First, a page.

The one exception might be the San Antonio Spurs who currently are on that cusp and have the best chance of taking down the league’s best. However, given that they currently have the sixth highest payroll in the league and will more than likely be in the hunt for a point guard this offseason, not for a second small forward when they already have one of the best in the league in Kawhi Leonard, Hayward’s chances of going there in free agency are slim to none.

Beyond that, barring some major moves by Eastern Conference teams like Boston, Indiana and/or Miami (all teams Hayward’s been connected to) IN ADDITION to signing Hayward in free agency, it’s highly unlikely, given what we’ve seen out of Eastern teams so far, that he would be in a spot to knock off LeBron James.

Meanwhile, in the West, we’ve already discussed the Spurs, but beyond them even though Houston and LA finished above the Jazz in the standings (and obviously Utah beat LA in the playoffs), I honestly don’t see a team with a brighter future and better chance of competing with the Warriors down the road than Utah.

Obviously they’re not there yet and, who knows, maybe with how Golden State is currently constructed, the Jazz never will get there. But the fact of the matter is right now Gordon Hayward has two choices – join an East team and get beat by the Cavs or stay in the West and get beat by the Warriors.

However, although it’s still a long shot, I truly believe that Hayward’s best shot at changing that outlook is to stick with the Jazz. They have the cap space (even after signing Hayward) to make some significant moves this offseason, plenty of young talent, an incredible coach and last but certainly not least Rudy Gobert, the anchor of one of the stingiest defenses in the league.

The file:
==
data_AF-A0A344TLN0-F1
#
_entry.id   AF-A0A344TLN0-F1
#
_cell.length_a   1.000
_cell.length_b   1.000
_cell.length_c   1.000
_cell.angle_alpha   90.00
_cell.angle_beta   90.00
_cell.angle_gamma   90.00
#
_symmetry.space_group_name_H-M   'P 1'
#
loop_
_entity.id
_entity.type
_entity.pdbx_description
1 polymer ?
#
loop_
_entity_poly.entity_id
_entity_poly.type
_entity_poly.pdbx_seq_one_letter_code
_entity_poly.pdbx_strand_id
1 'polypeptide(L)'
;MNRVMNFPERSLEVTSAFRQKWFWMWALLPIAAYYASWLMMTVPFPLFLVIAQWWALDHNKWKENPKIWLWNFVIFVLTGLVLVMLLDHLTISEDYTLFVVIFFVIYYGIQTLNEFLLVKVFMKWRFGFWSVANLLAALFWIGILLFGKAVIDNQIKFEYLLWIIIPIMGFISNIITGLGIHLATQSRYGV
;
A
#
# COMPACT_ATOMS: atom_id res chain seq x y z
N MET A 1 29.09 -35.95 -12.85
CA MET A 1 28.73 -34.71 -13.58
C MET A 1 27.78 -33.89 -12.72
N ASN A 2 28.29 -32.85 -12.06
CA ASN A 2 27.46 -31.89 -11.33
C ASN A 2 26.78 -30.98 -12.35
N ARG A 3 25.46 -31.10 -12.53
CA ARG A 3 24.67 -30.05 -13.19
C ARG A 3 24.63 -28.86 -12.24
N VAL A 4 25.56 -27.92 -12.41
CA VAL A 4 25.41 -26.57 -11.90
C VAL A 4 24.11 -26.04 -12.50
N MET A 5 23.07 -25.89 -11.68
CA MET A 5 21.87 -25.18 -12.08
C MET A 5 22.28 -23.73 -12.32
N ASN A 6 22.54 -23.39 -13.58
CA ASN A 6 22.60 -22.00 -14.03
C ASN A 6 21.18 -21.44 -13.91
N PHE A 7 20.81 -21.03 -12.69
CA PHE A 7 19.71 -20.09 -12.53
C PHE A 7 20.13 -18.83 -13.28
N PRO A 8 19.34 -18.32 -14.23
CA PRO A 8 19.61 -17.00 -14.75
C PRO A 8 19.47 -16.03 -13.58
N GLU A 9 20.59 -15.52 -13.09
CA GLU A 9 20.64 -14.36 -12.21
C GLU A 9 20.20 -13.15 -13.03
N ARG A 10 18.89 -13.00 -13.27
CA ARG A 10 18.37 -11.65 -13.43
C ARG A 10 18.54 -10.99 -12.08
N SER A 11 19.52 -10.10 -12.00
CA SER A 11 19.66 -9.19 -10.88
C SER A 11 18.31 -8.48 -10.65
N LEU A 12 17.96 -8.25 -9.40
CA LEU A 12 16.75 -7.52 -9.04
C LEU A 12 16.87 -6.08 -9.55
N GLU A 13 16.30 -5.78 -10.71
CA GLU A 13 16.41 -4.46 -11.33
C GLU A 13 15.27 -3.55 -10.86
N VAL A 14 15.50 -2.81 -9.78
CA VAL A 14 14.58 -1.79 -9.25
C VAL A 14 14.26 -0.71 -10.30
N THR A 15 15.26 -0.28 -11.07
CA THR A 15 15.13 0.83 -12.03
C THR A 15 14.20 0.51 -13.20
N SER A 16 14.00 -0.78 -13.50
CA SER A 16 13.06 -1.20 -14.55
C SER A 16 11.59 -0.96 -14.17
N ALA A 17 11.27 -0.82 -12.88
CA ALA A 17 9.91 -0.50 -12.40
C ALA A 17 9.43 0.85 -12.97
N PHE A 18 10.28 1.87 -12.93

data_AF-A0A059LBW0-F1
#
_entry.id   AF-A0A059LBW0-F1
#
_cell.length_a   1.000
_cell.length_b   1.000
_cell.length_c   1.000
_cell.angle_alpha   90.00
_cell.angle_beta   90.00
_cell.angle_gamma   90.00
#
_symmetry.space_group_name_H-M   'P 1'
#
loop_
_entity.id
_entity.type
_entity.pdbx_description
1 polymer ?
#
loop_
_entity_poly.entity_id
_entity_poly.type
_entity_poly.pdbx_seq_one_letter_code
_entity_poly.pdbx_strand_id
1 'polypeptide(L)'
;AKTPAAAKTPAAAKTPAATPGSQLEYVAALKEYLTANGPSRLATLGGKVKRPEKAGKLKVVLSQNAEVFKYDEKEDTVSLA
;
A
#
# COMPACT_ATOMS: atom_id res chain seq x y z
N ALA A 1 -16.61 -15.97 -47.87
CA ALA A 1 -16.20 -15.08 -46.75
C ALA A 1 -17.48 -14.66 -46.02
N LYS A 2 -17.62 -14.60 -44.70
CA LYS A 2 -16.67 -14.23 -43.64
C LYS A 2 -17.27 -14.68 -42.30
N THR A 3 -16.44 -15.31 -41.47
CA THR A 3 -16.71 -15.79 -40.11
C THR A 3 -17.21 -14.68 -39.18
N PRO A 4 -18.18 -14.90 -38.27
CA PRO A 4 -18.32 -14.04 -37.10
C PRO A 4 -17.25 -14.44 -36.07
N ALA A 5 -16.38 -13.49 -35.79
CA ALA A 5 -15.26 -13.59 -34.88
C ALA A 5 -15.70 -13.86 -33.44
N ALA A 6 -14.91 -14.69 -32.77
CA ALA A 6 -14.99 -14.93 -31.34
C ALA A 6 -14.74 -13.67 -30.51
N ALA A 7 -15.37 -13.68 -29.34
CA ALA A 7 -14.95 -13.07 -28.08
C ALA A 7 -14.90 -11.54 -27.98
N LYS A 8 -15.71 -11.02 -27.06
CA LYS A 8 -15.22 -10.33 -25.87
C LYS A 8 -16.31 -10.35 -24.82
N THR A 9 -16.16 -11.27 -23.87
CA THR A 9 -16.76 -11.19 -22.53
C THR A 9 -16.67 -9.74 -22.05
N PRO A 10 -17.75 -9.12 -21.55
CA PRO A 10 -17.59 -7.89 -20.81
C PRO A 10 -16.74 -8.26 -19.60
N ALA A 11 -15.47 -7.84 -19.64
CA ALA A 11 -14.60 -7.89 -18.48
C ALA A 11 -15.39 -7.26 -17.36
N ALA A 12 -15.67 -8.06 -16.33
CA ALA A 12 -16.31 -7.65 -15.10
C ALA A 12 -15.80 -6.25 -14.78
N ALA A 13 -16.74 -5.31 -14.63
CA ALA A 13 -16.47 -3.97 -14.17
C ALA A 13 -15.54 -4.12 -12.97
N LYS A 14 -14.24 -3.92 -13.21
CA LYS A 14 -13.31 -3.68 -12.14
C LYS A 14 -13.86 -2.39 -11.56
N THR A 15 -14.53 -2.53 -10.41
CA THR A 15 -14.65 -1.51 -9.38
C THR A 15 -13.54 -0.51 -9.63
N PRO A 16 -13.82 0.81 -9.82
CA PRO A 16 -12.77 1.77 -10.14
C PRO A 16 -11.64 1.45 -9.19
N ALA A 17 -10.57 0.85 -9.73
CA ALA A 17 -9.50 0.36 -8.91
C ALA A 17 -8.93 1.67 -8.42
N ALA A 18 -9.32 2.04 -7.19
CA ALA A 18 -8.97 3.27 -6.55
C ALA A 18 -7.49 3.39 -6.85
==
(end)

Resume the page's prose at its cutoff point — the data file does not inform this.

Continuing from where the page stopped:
Boston has a lot going for them, but aside from Isaiah Thomas, you could make a firm argument that Gobert is a better and more impactful player than anybody else on the Celtics roster. He’s a special player with still plenty of room to grow and improve and as he does so could honestly hold the key to making the Jazz a Western Conference contender.

Don’t get me wrong, the Jazz aren’t there yet. But they have a lot of great signs indicating that they can get there if the right pieces fall into place – one of those key pieces being Hayward staying put, of course. And although the Celtics have a bright future as well with the first overall pick this season and the Nets first round pick again next year, it’s clear that as of right now, they’re still a ways away from true title contention because of the greatness of the Cavs.

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Thus although the temptation to flee the Jazz and go to Boston will surely be there, it wouldn’t by any means instantly thrust Hayward and his new team into the title contending conversation, no matter how much folks want to say that Boston is nearing a level where they can compete with Cleveland. And that’s absolutely something he has to consider before giving up all that he’s worked so hard to build with the rising Utah Jazz.